"KAKEHASHI Project" Graduate School of Film and New Media, Tokyo University of the Arts (Tokyo Met.)

Dispatch in March 2014

Group 1 (University Students and Graduate Students)
Graduate School of Film and New Media, Tokyo University of the Arts (Tokyo Met.)

Period:March 3 – 14, 2014
Local Visit Destination:Massachusetts College of Art and Design (Massachusetts)
Number of Participants: 24

Tour Photo Album

Photo of Orientation in Tokyo
Orientation in Tokyo
 

Photo taken at Tisch School of the Arts 1
Tisch School of the Arts
(Campus tour)

Photo taken at Tisch School of the Arts 2
Tisch School of the Arts
(Presentation)

Photo taken at Grand Central Terminal
Grand Central Terminal
(Learning about U.S. history and culture)

Photo taken in Times Square
Times Square
(Learning about U.S. history and culture)

Photo taken at Reception at the Japanese Consulate-General in New York
Reception at the Japanese Consulate-General in New York
 

Photo taken at air port leaving New York to Boston
From New York to Boston
 

Photo taken at MassArt 1
Massachusetts College of Art and Design (MassArt)
(University exchange)

Photo taken at MassArt 2
MassArt
(University exchange)

Photo taken at Exchange with MassArt students
Exchange with MassArt students
(University exchange)

Photo taken at MIT Media Lab
MIT Media Lab

Photo taken at The Museum of Arts and Design
The Museum of Arts and Design

Photo taken at MassArt 3
MassArt
(Presentation)

Photo taken at The Museum of Arts and Design
Talks by Koki Tanaka and Gabriel Ritter
 

Photo taken at Los Angeles County Museum of Art
Los Angeles County Museum of Art
(Viewing the Price Collection)

Photo taken at Lecture by Masaki Kaifu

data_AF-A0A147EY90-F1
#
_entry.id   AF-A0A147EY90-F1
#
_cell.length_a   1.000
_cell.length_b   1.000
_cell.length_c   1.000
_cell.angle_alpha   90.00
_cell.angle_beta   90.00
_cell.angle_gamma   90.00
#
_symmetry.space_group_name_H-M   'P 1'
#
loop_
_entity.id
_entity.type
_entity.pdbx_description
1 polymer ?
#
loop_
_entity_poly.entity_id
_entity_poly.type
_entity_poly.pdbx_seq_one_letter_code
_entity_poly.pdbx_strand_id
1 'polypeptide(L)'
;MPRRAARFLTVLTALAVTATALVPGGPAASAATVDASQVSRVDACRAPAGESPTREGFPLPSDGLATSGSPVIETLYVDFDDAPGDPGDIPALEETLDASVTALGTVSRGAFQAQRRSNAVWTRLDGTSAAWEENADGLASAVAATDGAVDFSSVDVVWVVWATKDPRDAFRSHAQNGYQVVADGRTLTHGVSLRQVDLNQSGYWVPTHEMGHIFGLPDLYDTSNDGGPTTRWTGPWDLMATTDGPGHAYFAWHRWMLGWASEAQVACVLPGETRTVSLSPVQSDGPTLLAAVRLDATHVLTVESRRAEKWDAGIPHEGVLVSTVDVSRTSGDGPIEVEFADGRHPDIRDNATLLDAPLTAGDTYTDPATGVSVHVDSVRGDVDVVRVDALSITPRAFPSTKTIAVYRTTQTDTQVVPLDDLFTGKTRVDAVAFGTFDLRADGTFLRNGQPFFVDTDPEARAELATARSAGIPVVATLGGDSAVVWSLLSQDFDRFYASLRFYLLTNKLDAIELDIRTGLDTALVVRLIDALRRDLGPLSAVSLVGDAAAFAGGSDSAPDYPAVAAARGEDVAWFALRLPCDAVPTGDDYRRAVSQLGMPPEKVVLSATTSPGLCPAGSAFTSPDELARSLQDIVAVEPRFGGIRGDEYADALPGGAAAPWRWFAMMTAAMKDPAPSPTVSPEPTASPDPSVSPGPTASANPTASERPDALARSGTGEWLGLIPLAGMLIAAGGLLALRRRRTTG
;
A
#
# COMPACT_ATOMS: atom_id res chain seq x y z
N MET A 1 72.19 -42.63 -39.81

Lecture by Masaki Kaifu, President of Wowmax Media
 

Photo taken at LA City College 1
LA City College
(Presentation)

Photo taken at LA City College 2
LA City College
(Presentation)

Voices from Participants

1. What impressed you most in this experience of promoting the charms of Japan in the U.S.?

  • Before leaving the U.S. I handed one of the film students a DVD; it was a film I had made for my graduation assignment. After returning to Japan I received a message on Facebook saying she had watched my film and thought it was great. I was extremely happy to hear from her. This was the first time that someone in the U.S. had watched my film and her comments gave me confidence. This project provided an opportunity for many of the participants, myself included, to communicate with others through their work and gain a truly valuable experience.
  • So much happened over the ten-day trip, and I was struck by practically everything I saw and heard. If I were to name one thing that stands out among all other memories it would be the time spent interacting with the U.S. students. In particular, we spent a lot of time with a group of Boston's MassArt students who hosted us over three days and we got to know them quite well. I am now connected to some of them on Facebook. The trip literally helped build a bridge between the students of both countries.
    The MassArt students could not have been more generous. They organized a welcome party for us the night we arrived in Boston, and even created an original poster for the occasion. They also prepared name cards for each of us along with bags full of gifts. I was really touched by their warm hospitality. They later accompanied us on a tour of Boston. Our visits to places that any art student would find exciting, such as the Institute of Contemporary Art and the MIT Media Lab, will remain a special memory for me.